Call to Discipleship
Note: Ministry area leaders are to meet in retreat on Sunday, Sept. 15, at 2 p.m. to continue exploring how First United Methodist Church can be deliberate about being disciples. What for information on the location, which is to be deter-mined. If you feel moved to be part of this retreat contact Pastor Alecia or co-lay leaders Dave Jansen and Lyle Muller.
When the day of Pentecost had come, they were all together in one place. And suddenly a sound came from heaven like the rush of a mighty wind, and it filled all the house where they were sitting. And there appeared to them tongues as of fire, distributed and resting on each one of them.
And they were all filled with the Holy Spirit and began to speak in other tongues, as the Spirit gave them utterance. Thus, The Bible tells us at the start of Acts 2, disciples are called by God to do great things in a big world, even though they are frightened by the prospect, their fears flamed in part by what they just had experienced. As we gear up for the start of another busy time at First United Methodist Church we are called once again to move closer to the kind of discipleship that enables us to live our church’s mission statement: Follow, and invite others to follow Jesus Christ.
Expect to hear much about this in the coming year. As a church we want to get so close to our mission statement that we can embrace it with confidence that God is pleased.
Each member of our congregation who leads a ministry has committed to doing this. You have heard references to this in the past year. Church leadership has been engaged in a series of retreats that have focused on discipleship, and has reported the results previously.
This is your invitation to be part of this amazing journey, for we are called, are building and are being sent into our community already in so many ways.
We are called when we hear the many needs of people in our community. We are open to the work the Holy Spirit does in us. We invite others to follow Jesus, and not just to our church. And when new people enter our doors we learn from them about the Holy Spirit.
We spread God’s word through actions – you can name them yourselves – and look forward to more. Why? Because we have shown that we are willing to trust God to meet our needs.
The idea behind this calling is to help us to see and understand others, with Jesus – someone who went to the temple, parties, all sorts of public gatherings. Is this who we are as a church or individuals. Are we are Christians? Are willing to be as Jesus?
We are building as we develop and reach out like a solid oak does when extending its roots and branches. The Great Commission has led us to open up to what God wants from the gifts we use in the community. And we pray. God knows, we pray.
We are welcoming but imperfect; yes, we sometimes neglect and overlook some of the needs around us but are hungry for more of God, and we trust Him to lead us. We are broken people but okay with that because we accept grace and God’s wisdom. We offer our services, our skills, abilities and resources to our church and community.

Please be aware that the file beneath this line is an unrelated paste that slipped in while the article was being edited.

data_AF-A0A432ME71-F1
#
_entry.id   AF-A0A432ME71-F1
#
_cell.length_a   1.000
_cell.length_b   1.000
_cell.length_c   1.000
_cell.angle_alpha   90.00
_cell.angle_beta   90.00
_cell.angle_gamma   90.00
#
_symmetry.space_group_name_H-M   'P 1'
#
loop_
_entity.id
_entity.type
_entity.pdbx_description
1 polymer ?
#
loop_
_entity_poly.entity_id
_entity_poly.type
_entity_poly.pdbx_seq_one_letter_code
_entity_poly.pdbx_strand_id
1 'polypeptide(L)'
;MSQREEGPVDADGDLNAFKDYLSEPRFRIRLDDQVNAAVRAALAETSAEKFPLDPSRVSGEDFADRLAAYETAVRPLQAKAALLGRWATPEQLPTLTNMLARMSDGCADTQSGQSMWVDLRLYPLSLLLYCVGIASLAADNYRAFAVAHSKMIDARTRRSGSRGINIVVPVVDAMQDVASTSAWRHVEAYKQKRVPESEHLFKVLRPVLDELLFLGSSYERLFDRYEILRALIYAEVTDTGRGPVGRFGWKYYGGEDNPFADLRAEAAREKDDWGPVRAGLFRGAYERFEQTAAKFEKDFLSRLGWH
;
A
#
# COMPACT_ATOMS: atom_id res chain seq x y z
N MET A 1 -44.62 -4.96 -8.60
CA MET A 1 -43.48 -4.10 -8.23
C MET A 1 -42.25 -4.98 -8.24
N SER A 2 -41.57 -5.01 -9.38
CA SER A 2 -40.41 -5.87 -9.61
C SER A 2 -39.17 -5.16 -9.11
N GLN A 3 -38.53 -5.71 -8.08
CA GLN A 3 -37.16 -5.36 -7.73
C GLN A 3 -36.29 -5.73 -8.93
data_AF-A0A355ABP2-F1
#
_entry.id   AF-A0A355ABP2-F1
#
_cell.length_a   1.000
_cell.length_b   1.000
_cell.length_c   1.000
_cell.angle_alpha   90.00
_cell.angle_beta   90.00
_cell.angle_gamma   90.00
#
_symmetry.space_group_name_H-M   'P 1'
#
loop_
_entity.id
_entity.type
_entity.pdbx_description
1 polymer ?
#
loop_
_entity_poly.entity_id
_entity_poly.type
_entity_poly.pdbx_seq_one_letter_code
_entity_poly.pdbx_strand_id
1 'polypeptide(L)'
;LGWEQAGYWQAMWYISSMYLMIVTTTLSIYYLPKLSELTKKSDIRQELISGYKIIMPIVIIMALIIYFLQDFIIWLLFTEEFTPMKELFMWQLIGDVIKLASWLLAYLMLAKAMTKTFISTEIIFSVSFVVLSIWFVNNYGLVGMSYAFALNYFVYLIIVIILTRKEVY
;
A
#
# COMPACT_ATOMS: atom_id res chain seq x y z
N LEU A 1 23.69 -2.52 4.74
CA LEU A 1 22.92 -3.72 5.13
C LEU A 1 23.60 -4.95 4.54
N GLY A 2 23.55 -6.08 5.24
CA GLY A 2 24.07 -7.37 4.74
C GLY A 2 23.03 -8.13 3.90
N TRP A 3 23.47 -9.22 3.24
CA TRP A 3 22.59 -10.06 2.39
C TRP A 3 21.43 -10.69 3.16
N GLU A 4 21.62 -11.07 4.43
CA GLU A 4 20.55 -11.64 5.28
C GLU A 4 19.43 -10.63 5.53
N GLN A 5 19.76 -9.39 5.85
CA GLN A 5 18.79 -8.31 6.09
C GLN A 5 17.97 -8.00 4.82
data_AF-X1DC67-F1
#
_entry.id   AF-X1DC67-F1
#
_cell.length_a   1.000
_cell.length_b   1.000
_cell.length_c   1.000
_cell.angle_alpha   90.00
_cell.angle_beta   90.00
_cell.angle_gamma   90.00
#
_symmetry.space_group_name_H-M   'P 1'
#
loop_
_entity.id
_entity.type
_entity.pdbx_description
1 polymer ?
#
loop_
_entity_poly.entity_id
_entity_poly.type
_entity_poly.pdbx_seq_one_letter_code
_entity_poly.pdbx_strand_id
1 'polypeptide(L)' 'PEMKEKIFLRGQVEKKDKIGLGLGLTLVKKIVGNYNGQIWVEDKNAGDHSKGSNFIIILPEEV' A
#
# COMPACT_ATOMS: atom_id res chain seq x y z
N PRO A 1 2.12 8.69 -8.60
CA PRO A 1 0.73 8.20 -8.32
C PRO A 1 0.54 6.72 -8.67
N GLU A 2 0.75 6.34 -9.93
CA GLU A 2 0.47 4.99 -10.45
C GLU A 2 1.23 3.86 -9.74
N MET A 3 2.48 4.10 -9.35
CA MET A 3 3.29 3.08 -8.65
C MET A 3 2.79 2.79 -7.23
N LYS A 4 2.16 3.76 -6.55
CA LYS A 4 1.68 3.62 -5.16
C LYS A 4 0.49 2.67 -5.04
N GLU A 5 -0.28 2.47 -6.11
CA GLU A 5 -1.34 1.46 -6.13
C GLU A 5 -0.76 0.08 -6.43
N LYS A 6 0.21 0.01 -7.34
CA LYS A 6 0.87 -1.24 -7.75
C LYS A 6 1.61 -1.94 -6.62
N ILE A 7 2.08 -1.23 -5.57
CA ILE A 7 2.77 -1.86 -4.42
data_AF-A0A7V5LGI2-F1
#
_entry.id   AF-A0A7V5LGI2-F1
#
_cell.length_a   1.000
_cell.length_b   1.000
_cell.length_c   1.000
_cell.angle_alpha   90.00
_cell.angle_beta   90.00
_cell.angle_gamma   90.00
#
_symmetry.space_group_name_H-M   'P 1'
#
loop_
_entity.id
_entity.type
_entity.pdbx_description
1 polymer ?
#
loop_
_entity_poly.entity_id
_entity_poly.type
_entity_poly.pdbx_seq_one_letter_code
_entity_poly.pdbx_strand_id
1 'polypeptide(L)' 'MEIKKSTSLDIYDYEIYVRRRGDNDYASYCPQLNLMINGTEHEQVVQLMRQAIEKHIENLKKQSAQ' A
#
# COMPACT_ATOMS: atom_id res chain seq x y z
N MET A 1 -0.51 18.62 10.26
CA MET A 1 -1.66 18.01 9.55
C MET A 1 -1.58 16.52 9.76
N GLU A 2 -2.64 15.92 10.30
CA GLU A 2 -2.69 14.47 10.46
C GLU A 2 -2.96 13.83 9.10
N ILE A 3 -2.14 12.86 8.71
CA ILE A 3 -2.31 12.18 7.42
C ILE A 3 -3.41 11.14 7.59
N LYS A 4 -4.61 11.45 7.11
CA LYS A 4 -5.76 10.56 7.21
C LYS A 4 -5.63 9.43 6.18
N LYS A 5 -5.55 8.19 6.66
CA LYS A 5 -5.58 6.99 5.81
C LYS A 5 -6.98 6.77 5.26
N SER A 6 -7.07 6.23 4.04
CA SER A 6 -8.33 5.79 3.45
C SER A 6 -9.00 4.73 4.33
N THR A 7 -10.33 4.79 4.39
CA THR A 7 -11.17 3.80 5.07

We pray, preach and teach and in diverse ways. Some are willing to lay hands, others not. Some are linear thinkers, some drop what they are doing and go with where the Spirit takes them at the moment. Does the word evangelistconverterators exist? We don’t think so but some of us are that kind of person, so we made up the word. You know who you are.
We evangelize when we tell others about God in a variety of ways. We want to move to a new level without neglecting those who feel they have been invisible in our church. We want to reach out to those who feel overlooked. We are intentional about being advocates and deepening our own faith and spending time with God.
Our church leadership strives to be more accountable to each other and our congregation. As this happens we want to make sure we are making disciples, not just church members, as we demonstrate faith in our deeds, keep God present in ministries, deconstruct injustice, mentor others, and welcome and genuinely care for our community.
We are being sent when we move to the big question before us as a United Methodist Church in North Liberty, Iowa, in the fall of 2013 and beyond:
What do we do now?
Ministry leaders in our church are taking these examples of being called and building on our faith to all of the church’s teams and small groups. So many questions exist and all of us, as a full congregation, are being asked to answer the following personal questions:
How do you feel called to follow, and invite others to follow Jesus Christ. How are you building on that? What do you expect from this journey? What are your guiding principles as you live it, and do they tie into our mission statement? What does it mean to you to be a disciple, to re-commit to Jesus? And, finally, are you making disciples?
Ministry leaders are framing the things they do in the church with our mission statement and asking beyond our church walls: Do you see us as Christians? Do we accept God’s grace and, as important, spread that grace to you?
This is the path First United Methodist Church is on. Accept this open invitation to be part of the journey. The disciples in Acts did and accomplished great things.